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mish: Flexible Shell Notebooks

Shell makes it easy to rerun previous commands, but hard to edit them. Rerunning is <up>-<enter>, but editing requires <up>-<left>-<left>-<backspace>-<wait-how-many-backspaces-was-it>-<etc.>. If you’ve ever been irritated editing in shell, our new tool mish can save you time and hassle.

mish is a terminal app that augments easy-rerun with a better editing experience: your existing editor. By storing data in a file (notes.mill)instead of as command-line arguments, mish lets you flex your muscle memory to tweak your workflow. Your cursor stays put; your keyboard shortcuts are familiar.

Your notes.mill file is your personal notebook. It’s scratch space; edit as frequently as you need to change an argument. It’s durable; you won’t lose tuned commands to the shell history limit. It’s organized; different workflows can be separated and organized.

You can get [mish from github]( In 5 minutes, you’ll have a better shell experience. Have fun! If you’re still here, I’ll give a quick tour of mish.

Hello World

mish works best when you run two apps side-by-side: on the left, your editor with your code and a new file notes.mill in the root of your project. Open a terminal on the right and run mish.

notes.mill is written in Mill, a dialect of python (if you tell your editor that .mill files are python, you’ll get syntax highlighting, etc.). A good hello world is:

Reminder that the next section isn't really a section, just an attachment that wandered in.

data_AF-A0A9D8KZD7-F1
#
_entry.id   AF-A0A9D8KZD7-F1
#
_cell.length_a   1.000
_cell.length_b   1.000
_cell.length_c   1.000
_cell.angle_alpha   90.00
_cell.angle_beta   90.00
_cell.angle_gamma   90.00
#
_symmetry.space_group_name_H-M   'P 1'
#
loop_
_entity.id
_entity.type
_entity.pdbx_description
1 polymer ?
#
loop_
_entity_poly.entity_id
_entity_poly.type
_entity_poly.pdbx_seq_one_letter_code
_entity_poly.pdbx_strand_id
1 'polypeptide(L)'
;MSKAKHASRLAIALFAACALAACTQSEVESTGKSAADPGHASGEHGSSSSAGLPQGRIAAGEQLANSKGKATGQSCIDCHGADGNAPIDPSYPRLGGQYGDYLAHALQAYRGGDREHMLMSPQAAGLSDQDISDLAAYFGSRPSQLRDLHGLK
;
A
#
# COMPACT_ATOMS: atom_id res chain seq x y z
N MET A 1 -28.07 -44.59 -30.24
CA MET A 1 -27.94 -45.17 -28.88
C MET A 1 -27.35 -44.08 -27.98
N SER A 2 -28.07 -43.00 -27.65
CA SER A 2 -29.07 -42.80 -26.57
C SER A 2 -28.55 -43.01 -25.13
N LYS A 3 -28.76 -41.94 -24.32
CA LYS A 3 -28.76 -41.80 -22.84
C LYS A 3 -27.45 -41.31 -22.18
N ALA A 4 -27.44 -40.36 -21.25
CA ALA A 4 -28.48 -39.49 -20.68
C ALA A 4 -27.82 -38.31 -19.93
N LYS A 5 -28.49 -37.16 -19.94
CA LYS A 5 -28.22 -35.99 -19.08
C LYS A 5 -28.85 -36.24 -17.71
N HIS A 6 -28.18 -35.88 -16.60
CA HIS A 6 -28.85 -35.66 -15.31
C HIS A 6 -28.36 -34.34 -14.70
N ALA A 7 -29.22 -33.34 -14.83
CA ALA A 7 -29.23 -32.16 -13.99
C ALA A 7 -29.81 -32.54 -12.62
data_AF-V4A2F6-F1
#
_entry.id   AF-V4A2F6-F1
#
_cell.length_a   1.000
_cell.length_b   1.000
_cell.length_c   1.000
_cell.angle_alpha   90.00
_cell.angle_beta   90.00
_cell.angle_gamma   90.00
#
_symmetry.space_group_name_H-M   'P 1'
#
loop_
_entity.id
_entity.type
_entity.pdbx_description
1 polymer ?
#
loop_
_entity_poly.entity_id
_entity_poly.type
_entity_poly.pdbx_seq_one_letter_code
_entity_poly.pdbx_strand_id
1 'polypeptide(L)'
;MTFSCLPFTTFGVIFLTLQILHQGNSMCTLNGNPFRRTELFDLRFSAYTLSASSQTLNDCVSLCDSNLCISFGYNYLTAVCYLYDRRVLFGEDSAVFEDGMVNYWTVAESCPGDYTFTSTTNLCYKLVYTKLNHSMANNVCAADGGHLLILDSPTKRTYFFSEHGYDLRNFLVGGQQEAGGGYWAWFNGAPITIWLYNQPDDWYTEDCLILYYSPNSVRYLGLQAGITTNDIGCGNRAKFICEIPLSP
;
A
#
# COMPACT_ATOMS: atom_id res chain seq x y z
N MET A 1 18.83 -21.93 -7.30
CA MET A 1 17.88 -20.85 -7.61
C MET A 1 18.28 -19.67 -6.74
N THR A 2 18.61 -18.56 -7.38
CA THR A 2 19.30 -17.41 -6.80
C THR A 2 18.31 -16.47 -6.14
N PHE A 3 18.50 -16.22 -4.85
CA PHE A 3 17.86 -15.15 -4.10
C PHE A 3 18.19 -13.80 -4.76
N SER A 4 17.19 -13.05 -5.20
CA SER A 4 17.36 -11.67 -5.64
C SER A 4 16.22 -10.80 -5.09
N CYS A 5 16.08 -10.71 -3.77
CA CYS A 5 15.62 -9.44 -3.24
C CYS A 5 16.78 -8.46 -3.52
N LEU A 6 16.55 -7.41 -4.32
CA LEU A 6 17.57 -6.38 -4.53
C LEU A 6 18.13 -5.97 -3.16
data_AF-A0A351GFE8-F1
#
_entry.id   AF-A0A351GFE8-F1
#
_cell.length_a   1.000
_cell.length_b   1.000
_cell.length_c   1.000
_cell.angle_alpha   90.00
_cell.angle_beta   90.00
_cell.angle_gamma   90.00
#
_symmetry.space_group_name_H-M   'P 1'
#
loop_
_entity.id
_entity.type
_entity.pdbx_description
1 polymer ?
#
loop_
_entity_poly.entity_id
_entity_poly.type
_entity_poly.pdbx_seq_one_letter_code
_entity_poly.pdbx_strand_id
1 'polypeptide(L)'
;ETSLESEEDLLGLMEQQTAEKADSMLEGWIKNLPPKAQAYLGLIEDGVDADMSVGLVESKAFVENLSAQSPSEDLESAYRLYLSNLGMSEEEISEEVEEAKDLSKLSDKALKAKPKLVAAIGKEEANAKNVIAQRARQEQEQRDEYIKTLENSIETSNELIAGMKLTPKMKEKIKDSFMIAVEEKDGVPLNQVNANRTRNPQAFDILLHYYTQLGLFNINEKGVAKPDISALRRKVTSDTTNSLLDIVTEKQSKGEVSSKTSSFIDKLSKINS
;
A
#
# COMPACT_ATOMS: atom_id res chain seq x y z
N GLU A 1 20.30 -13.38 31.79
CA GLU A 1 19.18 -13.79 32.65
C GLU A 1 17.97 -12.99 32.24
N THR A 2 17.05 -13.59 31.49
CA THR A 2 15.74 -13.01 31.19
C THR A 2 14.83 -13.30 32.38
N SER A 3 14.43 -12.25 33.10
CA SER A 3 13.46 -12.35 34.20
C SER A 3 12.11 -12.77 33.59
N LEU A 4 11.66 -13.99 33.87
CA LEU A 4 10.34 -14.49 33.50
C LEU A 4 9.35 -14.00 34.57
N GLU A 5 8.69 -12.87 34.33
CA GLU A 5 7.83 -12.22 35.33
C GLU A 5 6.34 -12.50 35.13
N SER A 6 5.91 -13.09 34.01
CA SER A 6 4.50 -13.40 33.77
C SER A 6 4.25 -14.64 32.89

sh("echo hello mish")

Switch into the mish window and hit r to rerun.

selecting a workflowselecting a workflow


Sometimes I want to run unittests; other times I want to start a server. Mill supports this by letting you define workflows:

def wf_hello():
  sh("echo hello mish")

def wf_serve():
  sh("./server/") # run the server

Now pressing r will reload the Mill file, but the interesting workflows are in functions. Hit f to list available workflows, and pick one to focus on.


My magic moment with mish, when it became an indispensable tool, is when I’m modifying command lines. I end up with a section like:

def wf_scratch():
  sh("go test -run TestWatchOneFile$ ./os/watch") # run one test
  sh("go test ./os/watch") # run all tests in the watch package
  sh("go test ./...") # run all tests in the project

Because mish will error after a failing command, this helps me iterate while I’m seeing red, until everything passes and I’m seeing green.

Mish your way

What will make mish click for you? Maybe it’s the way it can take fewer keystrokes to restart a server. Or making sure you generate code as you’re editing your protocol buffers. But we’re pretty sure the next time you’re editing a command in shell, you’ll have a better day if you try mish.

Make sure to let us know by filling out our 5-minute survey.

Originally posted on the Windmill Engineering blog on Medium

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